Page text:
While landfills are generally getting larger, governments—particularly in rural and semi-rural areas—own many smaller facilities. Eventually, they’ll run out of room.
When they do, the costs associated with solid waste collection go away, but not those related to the landfill itself. Certain activities, such as monitoring and collecting methane and leachate, must continue. EPA requires private owners to fund these future expenditures via a surety guarantee or performance bond. However, publicly owned landfills are only required to estimate those costs. When it’s time to actually pay those bills, public solid waste agencies that haven’t planned ahead will be in the same boat as many government pension plans.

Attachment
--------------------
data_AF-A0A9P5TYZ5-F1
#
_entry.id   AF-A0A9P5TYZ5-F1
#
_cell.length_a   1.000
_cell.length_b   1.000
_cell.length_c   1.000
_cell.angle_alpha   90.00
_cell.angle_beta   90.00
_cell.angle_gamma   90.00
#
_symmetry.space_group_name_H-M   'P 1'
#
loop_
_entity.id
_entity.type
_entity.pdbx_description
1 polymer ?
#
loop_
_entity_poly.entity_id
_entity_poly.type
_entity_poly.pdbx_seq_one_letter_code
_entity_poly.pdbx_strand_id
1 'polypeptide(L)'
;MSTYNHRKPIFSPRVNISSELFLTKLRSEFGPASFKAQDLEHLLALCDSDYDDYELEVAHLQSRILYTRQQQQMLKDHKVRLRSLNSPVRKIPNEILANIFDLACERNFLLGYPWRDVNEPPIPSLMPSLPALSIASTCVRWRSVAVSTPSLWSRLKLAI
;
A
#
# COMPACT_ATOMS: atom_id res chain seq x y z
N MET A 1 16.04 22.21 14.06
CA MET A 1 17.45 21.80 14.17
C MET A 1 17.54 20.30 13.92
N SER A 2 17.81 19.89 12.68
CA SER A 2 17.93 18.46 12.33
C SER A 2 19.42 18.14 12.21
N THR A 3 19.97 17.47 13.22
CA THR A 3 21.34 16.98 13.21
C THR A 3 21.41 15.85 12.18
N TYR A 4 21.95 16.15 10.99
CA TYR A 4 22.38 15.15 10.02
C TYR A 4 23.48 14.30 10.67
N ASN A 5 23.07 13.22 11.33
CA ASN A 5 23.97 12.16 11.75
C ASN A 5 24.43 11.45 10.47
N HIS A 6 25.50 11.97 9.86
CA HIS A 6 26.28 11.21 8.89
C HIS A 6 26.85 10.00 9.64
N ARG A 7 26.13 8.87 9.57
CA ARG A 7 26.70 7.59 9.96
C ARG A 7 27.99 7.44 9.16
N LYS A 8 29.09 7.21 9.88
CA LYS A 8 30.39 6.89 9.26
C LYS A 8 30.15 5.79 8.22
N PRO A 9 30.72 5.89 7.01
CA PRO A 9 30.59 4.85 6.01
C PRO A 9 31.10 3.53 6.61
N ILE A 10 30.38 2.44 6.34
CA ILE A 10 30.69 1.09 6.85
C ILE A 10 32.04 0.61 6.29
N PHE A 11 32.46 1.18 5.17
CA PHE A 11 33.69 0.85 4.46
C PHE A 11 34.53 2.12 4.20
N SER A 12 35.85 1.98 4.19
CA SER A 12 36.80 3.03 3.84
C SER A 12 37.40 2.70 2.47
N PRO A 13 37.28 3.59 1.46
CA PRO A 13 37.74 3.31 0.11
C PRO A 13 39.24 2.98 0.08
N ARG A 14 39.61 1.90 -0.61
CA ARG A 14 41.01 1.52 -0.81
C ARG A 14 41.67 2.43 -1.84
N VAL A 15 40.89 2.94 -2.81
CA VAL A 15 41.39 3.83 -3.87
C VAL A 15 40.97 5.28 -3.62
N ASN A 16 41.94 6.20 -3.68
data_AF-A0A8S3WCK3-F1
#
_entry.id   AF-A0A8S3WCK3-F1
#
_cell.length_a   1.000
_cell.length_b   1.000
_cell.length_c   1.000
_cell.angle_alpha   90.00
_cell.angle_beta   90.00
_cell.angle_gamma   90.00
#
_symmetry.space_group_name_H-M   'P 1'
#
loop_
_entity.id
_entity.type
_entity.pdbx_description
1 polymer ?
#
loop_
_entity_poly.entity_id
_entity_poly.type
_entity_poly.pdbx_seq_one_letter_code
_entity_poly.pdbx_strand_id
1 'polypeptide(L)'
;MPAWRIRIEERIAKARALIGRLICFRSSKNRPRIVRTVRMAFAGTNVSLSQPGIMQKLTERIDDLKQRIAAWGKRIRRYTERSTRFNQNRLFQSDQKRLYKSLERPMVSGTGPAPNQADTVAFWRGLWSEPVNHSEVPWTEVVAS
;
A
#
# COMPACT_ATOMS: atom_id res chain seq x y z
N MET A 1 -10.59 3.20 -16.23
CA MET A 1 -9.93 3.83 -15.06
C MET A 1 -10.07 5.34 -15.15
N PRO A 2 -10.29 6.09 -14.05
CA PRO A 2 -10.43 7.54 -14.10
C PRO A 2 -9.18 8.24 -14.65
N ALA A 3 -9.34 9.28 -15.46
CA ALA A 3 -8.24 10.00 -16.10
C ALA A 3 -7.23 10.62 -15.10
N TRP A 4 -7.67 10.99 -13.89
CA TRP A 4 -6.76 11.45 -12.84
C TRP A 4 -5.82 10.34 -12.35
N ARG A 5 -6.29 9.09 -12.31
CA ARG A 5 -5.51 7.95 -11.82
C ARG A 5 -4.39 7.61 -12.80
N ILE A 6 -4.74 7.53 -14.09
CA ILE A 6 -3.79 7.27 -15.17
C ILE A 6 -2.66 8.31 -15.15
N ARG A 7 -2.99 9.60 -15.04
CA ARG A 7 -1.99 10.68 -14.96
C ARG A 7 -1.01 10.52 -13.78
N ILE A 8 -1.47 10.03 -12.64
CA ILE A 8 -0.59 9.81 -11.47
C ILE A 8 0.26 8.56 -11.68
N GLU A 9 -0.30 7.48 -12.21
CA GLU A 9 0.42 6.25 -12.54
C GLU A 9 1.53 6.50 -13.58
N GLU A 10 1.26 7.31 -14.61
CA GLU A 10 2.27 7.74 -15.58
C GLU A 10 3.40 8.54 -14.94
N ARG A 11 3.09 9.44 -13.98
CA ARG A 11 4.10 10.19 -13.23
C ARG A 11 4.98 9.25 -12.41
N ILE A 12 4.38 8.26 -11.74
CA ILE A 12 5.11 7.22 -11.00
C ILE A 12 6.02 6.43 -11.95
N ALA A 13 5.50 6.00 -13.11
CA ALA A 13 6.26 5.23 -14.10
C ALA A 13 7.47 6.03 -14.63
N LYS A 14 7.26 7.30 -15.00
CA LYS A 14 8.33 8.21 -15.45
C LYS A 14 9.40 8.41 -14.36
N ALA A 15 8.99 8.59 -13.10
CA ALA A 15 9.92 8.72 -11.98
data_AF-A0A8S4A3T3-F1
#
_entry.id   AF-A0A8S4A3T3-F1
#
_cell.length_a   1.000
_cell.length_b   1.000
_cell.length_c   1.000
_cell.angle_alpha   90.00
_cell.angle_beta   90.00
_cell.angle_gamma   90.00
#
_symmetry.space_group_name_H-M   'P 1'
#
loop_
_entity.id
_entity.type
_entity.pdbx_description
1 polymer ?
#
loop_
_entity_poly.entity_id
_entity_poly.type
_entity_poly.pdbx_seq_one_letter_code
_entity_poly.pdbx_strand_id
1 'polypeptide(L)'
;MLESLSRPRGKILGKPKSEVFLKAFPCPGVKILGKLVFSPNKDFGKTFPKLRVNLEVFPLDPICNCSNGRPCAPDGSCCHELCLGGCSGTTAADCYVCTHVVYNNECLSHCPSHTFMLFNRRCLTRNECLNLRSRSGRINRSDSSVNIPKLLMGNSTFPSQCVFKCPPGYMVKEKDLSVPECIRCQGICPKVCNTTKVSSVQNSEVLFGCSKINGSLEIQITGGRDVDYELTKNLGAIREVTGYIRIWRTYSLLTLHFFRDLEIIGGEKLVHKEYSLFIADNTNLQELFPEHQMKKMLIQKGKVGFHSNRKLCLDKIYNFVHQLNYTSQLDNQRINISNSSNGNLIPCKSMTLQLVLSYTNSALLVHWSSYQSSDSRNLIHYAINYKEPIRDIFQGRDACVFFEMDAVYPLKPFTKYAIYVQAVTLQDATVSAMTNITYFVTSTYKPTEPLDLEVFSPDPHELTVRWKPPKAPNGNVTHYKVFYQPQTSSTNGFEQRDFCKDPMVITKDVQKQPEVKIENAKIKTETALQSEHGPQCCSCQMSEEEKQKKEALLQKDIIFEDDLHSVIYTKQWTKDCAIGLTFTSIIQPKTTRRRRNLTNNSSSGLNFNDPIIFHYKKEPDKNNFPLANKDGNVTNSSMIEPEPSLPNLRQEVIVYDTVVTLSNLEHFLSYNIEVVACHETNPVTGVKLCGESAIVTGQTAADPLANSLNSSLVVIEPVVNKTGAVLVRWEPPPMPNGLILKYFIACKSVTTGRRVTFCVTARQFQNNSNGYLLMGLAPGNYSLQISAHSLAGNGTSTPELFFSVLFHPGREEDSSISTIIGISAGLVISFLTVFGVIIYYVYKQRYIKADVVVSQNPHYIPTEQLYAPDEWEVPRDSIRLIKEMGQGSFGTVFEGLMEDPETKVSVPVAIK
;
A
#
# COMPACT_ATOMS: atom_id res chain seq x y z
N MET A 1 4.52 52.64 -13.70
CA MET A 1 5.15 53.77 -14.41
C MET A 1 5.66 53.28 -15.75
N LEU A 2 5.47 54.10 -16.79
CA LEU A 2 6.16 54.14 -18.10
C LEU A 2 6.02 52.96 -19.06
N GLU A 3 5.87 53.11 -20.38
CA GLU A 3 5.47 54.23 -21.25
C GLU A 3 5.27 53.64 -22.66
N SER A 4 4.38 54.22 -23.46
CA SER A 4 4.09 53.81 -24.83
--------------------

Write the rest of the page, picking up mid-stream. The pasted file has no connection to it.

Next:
Santa Cruz County in Arizona is working to avoid that possibility. Even though the county’s 60-acre landfill isn’t expected to reach capacity for three decades, its board of supervisors has spent almost $562,000 on professional services over the last decade to develop a long-term waste-management strategy. They want to be able to continue providing collection and disposal services to 47,000 people, while ensuring their landfill meets federal and state regulatory requirements.
In part, this foresight was prompted by the loss of a major customer. But there was another impetus: their desire to relieve future Solid Waste Division managers and residents of the burden of making detailed, difficult financial and public service decisions under duress.
Next page: 50% drop in revenue prompts reassessment